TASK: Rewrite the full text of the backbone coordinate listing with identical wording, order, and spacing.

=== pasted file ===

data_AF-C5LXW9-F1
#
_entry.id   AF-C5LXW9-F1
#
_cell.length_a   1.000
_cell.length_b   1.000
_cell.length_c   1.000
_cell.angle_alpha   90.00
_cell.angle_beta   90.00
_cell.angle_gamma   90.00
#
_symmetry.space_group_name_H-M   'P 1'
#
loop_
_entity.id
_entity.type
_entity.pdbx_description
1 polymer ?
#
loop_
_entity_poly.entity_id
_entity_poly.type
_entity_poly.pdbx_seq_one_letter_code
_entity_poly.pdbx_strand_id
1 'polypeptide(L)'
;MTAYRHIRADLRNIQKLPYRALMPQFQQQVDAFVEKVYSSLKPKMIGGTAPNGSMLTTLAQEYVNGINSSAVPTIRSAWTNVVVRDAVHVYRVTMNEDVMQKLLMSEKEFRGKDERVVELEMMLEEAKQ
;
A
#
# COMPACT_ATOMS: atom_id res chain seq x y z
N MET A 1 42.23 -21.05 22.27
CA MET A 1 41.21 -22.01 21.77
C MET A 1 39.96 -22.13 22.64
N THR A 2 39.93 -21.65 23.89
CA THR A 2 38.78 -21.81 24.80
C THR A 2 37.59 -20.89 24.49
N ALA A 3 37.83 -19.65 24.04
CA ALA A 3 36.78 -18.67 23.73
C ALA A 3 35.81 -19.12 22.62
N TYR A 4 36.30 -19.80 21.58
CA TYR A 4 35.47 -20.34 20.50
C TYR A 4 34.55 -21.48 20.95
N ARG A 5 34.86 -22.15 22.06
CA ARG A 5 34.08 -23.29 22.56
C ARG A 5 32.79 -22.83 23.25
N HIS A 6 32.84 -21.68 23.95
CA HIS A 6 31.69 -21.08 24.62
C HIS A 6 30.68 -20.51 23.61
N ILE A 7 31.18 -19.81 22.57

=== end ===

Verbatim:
data_AF-C5LXW9-F1
#
_entry.id   AF-C5LXW9-F1
#
_cell.length_a   1.000
_cell.length_b   1.000
_cell.length_c   1.000
_cell.angle_alpha   90.00
_cell.angle_beta   90.00
_cell.angle_gamma   90.00
#
_symmetry.space_group_name_H-M   'P 1'
#
loop_
_entity.id
_entity.type
_entity.pdbx_description
1 polymer ?
#
loop_
_entity_poly.entity_id
_entity_poly.type
_entity_poly.pdbx_seq_one_letter_code
_entity_poly.pdbx_strand_id
1 'polypeptide(L)'
;MTAYRHIRADLRNIQKLPYRALMPQFQQQVDAFVEKVYSSLKPKMIGGTAPNGSMLTTLAQEYVNGINSSAVPTIRSAWTNVVVRDAVHVYRVTMNEDVMQKLLMSEKEFRGKDERVVELEMMLEEAKQ
;
A
#
# COMPACT_ATOMS: atom_id res chain seq x y z
N MET A 1 42.23 -21.05 22.27
CA MET A 1 41.21 -22.01 21.77
C MET A 1 39.96 -22.13 22.64
N THR A 2 39.93 -21.65 23.89
CA THR A 2 38.78 -21.81 24.80
C THR A 2 37.59 -20.89 24.49
N ALA A 3 37.83 -19.65 24.04
CA ALA A 3 36.78 -18.67 23.73
C ALA A 3 35.81 -19.12 22.62
N TYR A 4 36.30 -19.80 21.58
CA TYR A 4 35.47 -20.34 20.50
C TYR A 4 34.55 -21.48 20.95
N ARG A 5 34.86 -22.15 22.06
CA ARG A 5 34.08 -23.29 22.56
C ARG A 5 32.79 -22.83 23.25
N HIS A 6 32.84 -21.68 23.95
CA HIS A 6 31.69 -21.08 24.62
C HIS A 6 30.68 -20.51 23.61
N ILE A 7 31.18 -19.81 22.57